TC has turned out to be the “entertainment director” for the Eichelman’s home. Unlike many cats, he prefers the indoors and dry food. The cat insists that artists have left out the cats who must surely have been present at the manger for the birth of Jesus. The main purpose for, and message of the story, is to encourage animal adoptions from local organizations.
Eichelman’s books are available on Amazon.
As for books in the works, Eichelman would like to write a mystery novel next. His wife and daughter would prefer one based on family genealogy.
Eichelman is a Western enthusiast with plans in the works for the “Happy Trails Virginia Style” event at the Valley View Holiday Inn on October 7. Featured guests include stars from Dallas, Rawhide, High Chaparral, Chisum, and Lassie, along with Dodie Rogers, daughter of Roy and Dale Evans Rogers. Details are available by emailing him at email@example.com.
The latest book from Dr. Carolyn Adams Roth is “God as a Gardener: Parables Illustrated by Plants,” describing how God used plants in parables in both the Old and New Testaments. “God as a Gardener” is beautifully illustrated by jewelry designer Maria Lin.
Roth has a book coming out the week of April 10 entitled “Out of the Shadows” about the true power of women in the Bible such as Bathsheba, Jezebel, Sarah, and Esther. When Esther is first encountered in the Bible, she has become queen at just 15 years of age. Over time she matures to become a true leader of the Jewish people.
She is also the author of “Rooted in God: Interpreting Plants in Bible Lore,” telling the stories of the 125 plants mentioned in the Bible. It sold out at 1,000 copies
Roth has written about dozens of briefly mentioned individuals— the “Lesser Known Bible Characters: Using Their Relationships to Restore Ours,” and how we can learn from their stories.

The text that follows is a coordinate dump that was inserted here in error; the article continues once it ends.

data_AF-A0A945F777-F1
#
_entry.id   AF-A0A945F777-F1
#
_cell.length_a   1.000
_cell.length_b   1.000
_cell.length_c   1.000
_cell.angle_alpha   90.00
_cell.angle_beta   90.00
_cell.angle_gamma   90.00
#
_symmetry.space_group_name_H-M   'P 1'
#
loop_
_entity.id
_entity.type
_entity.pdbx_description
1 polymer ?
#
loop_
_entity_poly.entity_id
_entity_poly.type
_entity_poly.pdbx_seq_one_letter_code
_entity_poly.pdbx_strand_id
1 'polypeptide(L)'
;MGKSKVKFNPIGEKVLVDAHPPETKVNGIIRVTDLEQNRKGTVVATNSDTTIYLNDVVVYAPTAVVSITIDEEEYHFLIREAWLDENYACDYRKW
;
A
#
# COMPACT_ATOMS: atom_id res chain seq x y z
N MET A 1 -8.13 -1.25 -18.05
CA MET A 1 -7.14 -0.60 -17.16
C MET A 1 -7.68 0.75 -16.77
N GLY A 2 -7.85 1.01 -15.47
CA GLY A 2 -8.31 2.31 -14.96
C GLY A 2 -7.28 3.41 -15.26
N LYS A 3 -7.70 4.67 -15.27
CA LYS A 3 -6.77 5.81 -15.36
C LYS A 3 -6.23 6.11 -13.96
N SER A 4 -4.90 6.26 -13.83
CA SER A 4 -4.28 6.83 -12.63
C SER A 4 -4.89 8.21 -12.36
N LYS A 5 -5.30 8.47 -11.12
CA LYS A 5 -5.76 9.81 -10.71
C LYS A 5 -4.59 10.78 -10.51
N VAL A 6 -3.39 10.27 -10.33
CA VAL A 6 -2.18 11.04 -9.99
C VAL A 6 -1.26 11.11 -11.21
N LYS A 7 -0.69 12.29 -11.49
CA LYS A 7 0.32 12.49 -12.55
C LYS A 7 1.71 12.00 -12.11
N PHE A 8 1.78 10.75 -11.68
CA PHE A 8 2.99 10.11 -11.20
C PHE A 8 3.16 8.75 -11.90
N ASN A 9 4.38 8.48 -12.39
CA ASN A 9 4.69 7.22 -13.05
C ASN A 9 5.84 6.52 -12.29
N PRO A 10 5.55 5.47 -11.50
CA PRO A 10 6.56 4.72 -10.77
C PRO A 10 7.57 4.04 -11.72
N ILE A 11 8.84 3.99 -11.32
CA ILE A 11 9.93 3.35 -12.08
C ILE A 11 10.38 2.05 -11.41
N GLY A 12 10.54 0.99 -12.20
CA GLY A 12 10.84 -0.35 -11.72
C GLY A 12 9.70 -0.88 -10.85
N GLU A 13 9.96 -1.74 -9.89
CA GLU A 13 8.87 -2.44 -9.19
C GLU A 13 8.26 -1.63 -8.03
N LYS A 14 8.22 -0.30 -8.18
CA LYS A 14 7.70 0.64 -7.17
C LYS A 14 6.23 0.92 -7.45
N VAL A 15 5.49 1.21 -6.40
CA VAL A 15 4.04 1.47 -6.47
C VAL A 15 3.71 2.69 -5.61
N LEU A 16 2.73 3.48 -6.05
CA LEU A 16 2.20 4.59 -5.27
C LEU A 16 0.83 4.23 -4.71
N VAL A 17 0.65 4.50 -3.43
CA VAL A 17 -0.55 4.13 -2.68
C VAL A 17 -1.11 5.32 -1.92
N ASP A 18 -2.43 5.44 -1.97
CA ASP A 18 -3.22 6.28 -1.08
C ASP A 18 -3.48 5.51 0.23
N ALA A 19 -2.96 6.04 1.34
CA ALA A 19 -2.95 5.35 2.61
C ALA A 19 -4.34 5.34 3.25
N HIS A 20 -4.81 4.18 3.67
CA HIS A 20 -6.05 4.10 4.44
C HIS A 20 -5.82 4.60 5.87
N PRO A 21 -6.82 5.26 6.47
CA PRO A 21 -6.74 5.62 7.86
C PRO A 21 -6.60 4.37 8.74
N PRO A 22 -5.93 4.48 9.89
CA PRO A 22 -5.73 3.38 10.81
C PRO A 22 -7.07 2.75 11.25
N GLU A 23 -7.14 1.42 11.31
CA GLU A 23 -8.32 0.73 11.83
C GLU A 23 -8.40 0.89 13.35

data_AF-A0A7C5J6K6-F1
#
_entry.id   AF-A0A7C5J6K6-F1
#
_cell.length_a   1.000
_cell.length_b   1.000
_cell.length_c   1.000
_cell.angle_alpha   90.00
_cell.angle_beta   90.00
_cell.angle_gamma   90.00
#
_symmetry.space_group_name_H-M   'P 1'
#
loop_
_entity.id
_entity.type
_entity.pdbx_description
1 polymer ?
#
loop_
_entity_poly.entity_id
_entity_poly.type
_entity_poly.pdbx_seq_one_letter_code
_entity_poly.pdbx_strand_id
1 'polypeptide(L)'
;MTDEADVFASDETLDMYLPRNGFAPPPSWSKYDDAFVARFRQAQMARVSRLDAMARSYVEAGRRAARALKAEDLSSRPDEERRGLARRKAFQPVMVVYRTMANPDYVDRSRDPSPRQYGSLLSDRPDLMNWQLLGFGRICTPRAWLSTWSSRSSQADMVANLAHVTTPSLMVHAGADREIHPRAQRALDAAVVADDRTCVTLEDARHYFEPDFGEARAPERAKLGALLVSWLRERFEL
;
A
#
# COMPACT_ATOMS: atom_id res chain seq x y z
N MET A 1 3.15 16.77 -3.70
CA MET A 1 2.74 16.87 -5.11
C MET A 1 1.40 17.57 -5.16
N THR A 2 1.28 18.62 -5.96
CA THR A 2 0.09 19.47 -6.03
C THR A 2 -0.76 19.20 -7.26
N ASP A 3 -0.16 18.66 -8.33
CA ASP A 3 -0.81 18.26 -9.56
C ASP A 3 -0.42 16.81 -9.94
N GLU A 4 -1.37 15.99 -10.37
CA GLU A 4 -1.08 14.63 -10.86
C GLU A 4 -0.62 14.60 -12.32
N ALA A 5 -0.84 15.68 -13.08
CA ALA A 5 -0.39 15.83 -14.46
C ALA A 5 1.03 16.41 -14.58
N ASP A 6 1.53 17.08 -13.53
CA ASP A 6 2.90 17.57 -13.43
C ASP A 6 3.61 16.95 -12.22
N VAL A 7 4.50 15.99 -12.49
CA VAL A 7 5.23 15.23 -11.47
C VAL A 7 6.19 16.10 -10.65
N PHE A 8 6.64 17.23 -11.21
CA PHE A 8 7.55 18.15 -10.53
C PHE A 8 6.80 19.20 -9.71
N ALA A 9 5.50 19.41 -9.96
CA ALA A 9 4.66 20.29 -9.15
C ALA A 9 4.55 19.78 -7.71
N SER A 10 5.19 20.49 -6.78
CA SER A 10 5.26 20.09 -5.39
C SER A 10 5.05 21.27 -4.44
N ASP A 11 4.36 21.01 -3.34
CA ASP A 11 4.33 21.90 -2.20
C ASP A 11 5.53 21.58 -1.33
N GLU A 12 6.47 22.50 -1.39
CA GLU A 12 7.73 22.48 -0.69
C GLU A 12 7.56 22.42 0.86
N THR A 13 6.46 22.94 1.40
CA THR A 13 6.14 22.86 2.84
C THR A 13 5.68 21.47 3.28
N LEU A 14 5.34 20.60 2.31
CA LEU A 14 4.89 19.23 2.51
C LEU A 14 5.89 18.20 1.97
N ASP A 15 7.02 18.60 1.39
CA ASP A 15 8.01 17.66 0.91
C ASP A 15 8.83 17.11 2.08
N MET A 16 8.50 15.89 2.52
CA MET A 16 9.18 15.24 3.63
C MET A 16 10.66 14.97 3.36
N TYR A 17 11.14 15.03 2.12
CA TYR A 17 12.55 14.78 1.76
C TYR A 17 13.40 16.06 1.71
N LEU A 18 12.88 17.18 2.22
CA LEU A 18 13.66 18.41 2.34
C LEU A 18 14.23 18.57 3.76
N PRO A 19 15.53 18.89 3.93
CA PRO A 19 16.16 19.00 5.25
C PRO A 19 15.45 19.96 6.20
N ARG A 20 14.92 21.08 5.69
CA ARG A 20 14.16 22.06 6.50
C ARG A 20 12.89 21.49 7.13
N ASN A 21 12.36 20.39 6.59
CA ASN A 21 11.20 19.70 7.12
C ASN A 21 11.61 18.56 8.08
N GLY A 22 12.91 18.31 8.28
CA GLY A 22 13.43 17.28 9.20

She is a Master Gardener and creator of the award-winning St. John Lutheran Bible Gardens in Roanoke, which includes about 100 biblical plants.
Roth speaks to church groups at no charge, and also does Master Gardener presentations like one coming up at the Vinton Library on June 19 on “Gardening with Bible Plants.” Dalton says that while so many people nowadays live in apartments and patio homes, they can still cultivate biblical plants, such as aloe— the oldest medicinal plant on Earth.
Dr. Kathy Stewart has written her first book about her favorite book in the Bible, “Hebrews— It’s Not How You Start— It’s How You Finish.” She subtitled it as “A Study Guide to the Most Encouraging Book in the New Testament.” She also describes Hebrews as the “most-exalting book in the New Testament.” She says the topic “burned” within her and she carried the idea around with her “for a long time.”
The writing process for this book was a little disjointed. Stewart says the words would flow smoothly for six or so chapters; writer’s block would take hold; then she would put it aside for a time until the words started flowing again— hence the “It’s Not How You Start—It’s How You Finish” segment of the book’s title.
She says she has enjoyed interviews she has given for the book. She flew to Tampa, Fla., to talk with a Christian TV network and appeared on a radio program in Nashville. She was also featured in a West Bow Press iPod interview conducted for new writers.
Her book was published in 2013, just before her father passed away. She says he was tickled that she had become a published author. She teaches adult Bible studies and substitutes at the Parkway House of Prayer. Her book is available from West Bow Press or on Amazon.com.